It’s neither comfortable nor pleasant, but at some point in our lives, we’ve all been underestimated. I routinely find myself in situations where the perception about my abilities don’t match the reality. I don’t look like the typical DC lobbyist. Heck, I don’t look like the typical association professional. However, I find that there’s a certain beauty to being what Merriam Webster defines as regard for being less than capable than they really are.
Being underestimated keeps people guessing. When you do something very well once, it’s a surprise. When you repeat that success over and over again, it forces people to take notice. Being underestimated forces you to work harder. Knowing that you have to prove yourself over and over again will only propel you to the next level. Being underestimated helps manage expectations. You welcome success, but can accept disappointment as a part of life. Finally, being underestimated confirms what you’ve long suspected: you just don’t fit the mold.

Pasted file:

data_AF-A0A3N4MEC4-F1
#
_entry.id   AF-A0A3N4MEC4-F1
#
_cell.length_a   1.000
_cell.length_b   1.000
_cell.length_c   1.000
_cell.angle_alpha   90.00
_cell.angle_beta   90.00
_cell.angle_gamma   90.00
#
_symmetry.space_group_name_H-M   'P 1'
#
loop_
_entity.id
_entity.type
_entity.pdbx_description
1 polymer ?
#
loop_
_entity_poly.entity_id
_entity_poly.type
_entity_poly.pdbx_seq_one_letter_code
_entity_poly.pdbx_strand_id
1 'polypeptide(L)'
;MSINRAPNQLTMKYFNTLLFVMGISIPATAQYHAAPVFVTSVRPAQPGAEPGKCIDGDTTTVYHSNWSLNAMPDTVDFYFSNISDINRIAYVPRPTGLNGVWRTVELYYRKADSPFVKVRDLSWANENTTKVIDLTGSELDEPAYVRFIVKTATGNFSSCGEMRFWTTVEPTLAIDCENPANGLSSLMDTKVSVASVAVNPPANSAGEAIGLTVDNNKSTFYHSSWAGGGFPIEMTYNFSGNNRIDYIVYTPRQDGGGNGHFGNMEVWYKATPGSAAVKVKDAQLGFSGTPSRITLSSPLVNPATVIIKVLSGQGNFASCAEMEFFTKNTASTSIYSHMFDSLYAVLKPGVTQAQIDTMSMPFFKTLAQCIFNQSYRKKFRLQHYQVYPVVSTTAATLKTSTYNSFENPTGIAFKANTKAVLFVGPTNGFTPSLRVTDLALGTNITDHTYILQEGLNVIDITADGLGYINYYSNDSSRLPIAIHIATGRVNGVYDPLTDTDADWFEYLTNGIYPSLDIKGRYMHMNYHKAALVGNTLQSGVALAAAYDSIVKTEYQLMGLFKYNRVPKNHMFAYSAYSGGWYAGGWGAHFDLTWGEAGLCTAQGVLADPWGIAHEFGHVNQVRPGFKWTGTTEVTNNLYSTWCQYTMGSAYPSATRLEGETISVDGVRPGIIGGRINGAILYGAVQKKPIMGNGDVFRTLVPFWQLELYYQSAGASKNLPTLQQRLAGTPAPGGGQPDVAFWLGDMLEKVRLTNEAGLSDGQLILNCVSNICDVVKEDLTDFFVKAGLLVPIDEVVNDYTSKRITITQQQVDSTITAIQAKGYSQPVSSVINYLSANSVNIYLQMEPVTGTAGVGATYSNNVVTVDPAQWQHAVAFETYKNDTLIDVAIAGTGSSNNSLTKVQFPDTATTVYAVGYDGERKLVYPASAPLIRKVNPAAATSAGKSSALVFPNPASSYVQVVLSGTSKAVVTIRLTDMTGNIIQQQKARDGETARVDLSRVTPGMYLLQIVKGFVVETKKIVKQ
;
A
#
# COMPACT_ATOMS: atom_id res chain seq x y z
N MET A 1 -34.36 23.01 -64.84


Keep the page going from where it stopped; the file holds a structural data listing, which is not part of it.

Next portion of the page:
I suspect that the majority of those who are underestimated are in fact bright, capable individuals. However, judging without the whole picture seems to be the quick and easy way to evaluate. If you were looking for a consultant or vendor for a particular service, would you eliminate someone based solely on one factor? Then, why are we doing this to prospective members or employees or conference speakers?
As our association community continues to expand, we can no longer afford to ignore those we underestimate.